known only from the nearby Tromen Volcano, is syntopic in same areas (Avila and Perez, 2006), as well as
Phymaturus verdugo (Avila et al., 2007b). At least two small species related to the elongatus and rothi clades
of Liolaemus are also found in syntopy. With the exception of this undescribed species of the elongatus clade,
no other species related with this clade are found sintopically with L. antumalguen, all other species of the
clade are in lower altitudes or in separated mountains ranges. As was observed in other saxicolous Liolaemus,
this new species seems to be territorial; males were observed defending areas in the rocks, making body
displays, and fighting with neighbors (Perez, personal observation). No conclusive evidence of viviparity can
be offered, but all related species have this reproductive mode. Difficulty of access to the type locality did not
allow additional trips to this area to obtain more data about L. antumalguen.
Remarks. A mtDNA gene tree analysis, including the new described species as well as other related
species and candidate species of the clade is depicted on Fig. 6. This tree is based on the mitochondrial gene
fragment cyt-b (805 bp). We used JModeltest v0.1.1 (Guindon and Gascuel, 2003; Posada, 2008) to select the
appropriate model of evolution (GTR+I+G). Two independent MrBayes analyses were run for 10 million
generations, with Markov chains sampled at intervals of 4,000 generations. The equilibrium samples (after
10% of burn-in) were used to generate a 50% majority rule consensus tree, and posterior probabilities (Pp)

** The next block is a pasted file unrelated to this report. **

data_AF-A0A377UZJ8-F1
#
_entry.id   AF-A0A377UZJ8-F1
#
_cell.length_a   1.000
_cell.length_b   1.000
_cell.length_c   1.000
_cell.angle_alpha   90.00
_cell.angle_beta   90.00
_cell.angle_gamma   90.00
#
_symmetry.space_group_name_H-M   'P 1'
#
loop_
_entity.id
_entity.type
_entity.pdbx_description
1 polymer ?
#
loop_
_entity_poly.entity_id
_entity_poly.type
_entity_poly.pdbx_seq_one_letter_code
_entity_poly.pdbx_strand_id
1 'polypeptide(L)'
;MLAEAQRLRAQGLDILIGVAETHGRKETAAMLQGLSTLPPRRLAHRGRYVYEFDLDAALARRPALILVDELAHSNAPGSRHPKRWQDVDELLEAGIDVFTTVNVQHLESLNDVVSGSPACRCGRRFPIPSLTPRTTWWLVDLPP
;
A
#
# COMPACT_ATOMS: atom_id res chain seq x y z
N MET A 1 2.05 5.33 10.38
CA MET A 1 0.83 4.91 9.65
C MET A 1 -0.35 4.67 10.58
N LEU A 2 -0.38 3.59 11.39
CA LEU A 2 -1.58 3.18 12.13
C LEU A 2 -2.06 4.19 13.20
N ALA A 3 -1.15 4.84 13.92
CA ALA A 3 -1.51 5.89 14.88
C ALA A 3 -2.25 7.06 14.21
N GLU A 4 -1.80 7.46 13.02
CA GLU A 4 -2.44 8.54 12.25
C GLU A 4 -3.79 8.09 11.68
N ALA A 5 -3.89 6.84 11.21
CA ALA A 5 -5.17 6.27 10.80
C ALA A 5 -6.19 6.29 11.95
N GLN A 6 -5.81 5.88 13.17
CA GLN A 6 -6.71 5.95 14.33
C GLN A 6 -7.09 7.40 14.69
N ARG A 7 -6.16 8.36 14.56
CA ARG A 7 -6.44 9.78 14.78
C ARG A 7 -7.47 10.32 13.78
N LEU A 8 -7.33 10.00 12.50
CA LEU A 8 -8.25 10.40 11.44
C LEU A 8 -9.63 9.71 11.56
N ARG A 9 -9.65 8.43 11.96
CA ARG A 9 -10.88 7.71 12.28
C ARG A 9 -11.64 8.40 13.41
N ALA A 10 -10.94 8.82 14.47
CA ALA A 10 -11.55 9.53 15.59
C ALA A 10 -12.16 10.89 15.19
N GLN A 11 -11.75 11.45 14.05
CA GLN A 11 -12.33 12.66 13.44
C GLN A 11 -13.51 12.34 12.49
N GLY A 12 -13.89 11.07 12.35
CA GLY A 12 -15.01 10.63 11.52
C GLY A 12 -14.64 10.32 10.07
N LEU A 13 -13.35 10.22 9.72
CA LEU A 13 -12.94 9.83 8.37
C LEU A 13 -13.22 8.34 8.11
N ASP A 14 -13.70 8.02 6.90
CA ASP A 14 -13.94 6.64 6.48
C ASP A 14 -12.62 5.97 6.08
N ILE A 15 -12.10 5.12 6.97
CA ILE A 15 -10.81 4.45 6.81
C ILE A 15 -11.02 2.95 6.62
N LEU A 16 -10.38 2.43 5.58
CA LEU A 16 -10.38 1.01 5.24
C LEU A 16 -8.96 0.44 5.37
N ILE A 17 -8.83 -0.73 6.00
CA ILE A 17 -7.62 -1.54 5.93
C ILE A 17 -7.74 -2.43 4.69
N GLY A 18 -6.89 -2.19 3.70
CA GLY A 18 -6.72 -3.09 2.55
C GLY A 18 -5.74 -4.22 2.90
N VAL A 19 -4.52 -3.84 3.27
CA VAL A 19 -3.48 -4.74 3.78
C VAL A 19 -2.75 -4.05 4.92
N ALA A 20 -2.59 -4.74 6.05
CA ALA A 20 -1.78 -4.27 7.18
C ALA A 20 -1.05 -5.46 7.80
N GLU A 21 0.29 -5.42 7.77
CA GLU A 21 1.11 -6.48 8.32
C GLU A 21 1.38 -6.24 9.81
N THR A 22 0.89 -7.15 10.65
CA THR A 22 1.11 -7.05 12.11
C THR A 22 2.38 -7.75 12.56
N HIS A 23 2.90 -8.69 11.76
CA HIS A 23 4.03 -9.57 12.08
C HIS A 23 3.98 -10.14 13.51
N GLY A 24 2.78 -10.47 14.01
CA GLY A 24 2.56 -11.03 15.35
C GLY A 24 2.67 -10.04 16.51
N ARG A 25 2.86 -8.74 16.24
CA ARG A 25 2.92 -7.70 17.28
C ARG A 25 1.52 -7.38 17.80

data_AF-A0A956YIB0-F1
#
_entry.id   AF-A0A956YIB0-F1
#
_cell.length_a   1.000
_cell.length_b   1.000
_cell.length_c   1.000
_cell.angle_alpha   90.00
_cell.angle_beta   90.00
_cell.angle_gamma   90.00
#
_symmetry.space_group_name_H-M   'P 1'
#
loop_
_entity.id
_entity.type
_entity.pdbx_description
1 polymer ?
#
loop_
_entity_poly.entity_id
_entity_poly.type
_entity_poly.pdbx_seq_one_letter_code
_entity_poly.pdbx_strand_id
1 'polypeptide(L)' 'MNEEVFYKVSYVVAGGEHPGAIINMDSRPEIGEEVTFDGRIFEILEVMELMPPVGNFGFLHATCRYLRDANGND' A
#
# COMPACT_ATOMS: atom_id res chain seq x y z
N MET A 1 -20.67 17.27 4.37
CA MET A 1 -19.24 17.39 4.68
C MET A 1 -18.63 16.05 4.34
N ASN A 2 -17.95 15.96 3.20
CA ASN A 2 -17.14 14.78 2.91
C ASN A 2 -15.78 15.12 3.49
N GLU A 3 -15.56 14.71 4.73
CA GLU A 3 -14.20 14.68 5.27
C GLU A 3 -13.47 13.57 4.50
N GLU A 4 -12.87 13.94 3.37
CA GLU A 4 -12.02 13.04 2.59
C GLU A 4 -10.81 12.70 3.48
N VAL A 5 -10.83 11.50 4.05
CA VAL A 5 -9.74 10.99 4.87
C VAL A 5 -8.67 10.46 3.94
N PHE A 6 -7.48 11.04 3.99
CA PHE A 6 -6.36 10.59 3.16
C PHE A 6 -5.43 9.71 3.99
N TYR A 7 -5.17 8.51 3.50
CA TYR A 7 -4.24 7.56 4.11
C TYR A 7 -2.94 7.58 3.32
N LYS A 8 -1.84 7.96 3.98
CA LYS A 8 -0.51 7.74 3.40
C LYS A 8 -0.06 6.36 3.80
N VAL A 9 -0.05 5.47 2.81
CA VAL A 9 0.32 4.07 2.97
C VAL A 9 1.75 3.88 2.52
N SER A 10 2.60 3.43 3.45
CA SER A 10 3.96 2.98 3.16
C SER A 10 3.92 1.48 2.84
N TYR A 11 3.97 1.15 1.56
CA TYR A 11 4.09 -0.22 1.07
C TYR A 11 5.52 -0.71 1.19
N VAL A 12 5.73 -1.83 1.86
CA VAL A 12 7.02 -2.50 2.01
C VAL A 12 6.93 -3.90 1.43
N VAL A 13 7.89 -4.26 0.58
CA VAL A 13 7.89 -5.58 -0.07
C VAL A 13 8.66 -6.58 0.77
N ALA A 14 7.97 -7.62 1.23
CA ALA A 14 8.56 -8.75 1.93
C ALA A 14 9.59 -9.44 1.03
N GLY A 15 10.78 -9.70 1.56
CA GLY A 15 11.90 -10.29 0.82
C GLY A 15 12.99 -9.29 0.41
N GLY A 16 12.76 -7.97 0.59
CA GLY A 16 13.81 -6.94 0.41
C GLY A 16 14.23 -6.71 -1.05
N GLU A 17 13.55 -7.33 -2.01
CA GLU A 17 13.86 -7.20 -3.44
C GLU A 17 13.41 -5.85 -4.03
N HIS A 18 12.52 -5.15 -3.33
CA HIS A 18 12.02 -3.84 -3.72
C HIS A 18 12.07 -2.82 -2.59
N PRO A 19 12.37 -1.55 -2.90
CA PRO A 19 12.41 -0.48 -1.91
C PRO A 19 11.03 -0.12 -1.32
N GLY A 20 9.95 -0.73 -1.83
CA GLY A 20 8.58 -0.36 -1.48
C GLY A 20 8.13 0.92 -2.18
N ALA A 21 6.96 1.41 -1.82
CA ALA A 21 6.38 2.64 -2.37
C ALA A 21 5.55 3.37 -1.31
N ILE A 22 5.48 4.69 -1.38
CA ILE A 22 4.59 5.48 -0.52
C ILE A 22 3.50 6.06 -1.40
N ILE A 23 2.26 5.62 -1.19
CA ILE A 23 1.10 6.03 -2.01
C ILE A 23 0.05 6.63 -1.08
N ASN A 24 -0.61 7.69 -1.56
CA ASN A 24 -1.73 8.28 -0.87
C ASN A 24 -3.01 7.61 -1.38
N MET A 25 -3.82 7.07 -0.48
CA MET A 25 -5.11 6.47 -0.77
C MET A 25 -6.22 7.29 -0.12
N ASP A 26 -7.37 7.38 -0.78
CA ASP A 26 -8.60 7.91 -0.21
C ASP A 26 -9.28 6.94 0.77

were considered significant when ≥ 0.95 (Huelsenbeck and Ronquist, 2001). Liolaemus antumalguen is
recovered within the elongatus clade that also includes L. chillanensis, L. thermarum and four candidate
species (PP: 100%). The petrophilus and buergeri clades also include candidate species and are recovered
with strong support (94% and 99% respectively); here we renamed the clade ceii-kriegi used by (Morando et
al. 2003) as buergeri. The objective of this tree is to show the position of this new species in relation with
these three related clades. Phylogenetic relationships for these clades are under study by our research group
and a detailed analysis will be published elsewhere.
The Liolaemus elongatus – kriegi complex as defined by Cei (1979) on the basis of several diagnostic
morphological characters includes widespread polytypic species for which species recognition rests on an
inadequate taxonomy (Morando et al. 2003). Different taxonomic groupings for the species included in this
complex have been proposed by Cei (1974, 1979, but also see Cei 1975, 1986, 1993), Ortiz (1981), Etheridge
(1995), Espinoza et al. (2000), Schulte et al. (2000), Lobo (2001, 2005), Espinoza and Lobo (2003), Pincheira
Donoso and Nuñez (2005), and Scolaro and Pincheira Donoso (2007). Morando et al. (2003) used the name
Liolaemus elongatus-kriegi complex to be consistent with the original hypothesis of group content by Cei
(1979), but resolved three well-supported species groups on the basis of mtDNA sequences.
The Liolaemus elongatus clade includes L. elongatus Koslowsky 1896, L. antumalguen described here, L.